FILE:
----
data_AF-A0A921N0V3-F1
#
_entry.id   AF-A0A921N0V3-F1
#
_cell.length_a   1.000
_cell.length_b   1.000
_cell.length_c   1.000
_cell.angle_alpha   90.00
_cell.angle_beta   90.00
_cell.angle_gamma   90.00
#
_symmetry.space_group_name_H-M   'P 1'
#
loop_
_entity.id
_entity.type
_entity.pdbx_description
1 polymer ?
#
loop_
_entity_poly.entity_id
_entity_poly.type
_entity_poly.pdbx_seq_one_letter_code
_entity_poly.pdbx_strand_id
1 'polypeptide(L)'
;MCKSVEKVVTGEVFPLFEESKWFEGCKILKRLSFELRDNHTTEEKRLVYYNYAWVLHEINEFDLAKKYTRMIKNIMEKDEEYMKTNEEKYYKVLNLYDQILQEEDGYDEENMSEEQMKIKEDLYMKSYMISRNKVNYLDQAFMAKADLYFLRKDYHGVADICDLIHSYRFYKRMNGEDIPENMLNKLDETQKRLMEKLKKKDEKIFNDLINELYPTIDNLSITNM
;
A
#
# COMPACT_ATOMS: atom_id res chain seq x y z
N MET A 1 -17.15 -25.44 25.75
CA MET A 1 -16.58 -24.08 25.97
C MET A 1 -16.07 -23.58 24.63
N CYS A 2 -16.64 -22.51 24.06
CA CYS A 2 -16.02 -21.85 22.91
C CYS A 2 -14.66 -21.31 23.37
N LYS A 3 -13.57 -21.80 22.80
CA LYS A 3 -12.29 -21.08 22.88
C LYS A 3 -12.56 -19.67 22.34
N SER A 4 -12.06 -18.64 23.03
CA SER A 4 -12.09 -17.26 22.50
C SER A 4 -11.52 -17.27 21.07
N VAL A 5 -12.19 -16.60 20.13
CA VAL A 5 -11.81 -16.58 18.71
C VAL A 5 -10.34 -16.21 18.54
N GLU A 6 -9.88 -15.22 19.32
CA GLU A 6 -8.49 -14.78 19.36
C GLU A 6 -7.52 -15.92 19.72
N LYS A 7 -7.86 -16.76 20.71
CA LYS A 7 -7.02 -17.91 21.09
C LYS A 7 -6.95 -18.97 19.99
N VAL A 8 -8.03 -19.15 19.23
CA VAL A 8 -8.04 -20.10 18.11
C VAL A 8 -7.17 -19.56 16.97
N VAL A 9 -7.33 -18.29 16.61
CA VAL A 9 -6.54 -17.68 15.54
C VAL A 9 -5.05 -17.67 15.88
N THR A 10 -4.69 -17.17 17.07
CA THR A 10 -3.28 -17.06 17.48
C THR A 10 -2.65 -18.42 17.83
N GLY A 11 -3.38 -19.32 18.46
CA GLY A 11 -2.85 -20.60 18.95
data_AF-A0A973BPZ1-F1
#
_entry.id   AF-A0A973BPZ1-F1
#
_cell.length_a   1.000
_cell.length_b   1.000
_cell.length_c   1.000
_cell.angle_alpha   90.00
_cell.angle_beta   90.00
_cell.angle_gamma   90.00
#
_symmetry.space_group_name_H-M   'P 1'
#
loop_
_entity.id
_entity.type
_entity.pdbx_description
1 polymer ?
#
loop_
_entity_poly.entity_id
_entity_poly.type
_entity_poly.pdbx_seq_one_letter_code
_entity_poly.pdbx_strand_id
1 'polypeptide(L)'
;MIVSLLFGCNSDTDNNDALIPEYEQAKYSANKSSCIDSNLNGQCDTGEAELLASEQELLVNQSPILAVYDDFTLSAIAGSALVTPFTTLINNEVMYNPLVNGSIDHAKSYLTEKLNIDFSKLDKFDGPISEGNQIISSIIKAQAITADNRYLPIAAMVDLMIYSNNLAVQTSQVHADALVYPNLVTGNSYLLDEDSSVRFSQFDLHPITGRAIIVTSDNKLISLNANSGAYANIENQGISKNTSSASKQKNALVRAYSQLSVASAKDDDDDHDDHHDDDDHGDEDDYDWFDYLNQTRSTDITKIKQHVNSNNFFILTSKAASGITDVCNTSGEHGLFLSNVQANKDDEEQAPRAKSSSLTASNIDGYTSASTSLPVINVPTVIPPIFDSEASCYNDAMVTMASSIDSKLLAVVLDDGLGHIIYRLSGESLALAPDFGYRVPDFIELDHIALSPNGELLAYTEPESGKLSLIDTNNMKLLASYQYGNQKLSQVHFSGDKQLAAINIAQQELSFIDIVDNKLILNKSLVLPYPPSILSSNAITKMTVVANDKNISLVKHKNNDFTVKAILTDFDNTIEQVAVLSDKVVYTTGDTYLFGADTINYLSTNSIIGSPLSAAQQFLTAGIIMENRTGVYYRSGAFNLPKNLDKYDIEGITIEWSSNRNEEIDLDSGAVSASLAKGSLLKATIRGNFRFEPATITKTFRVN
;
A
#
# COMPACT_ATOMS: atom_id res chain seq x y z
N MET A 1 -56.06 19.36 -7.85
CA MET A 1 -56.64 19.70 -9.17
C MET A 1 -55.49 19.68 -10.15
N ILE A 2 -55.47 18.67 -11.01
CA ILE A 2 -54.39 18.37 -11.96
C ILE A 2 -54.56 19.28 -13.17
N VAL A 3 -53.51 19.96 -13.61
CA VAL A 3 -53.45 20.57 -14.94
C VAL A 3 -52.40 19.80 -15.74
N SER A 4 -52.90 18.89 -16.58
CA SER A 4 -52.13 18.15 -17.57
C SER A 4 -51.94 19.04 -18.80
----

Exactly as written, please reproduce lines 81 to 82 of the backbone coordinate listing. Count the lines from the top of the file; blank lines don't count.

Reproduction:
#
loop_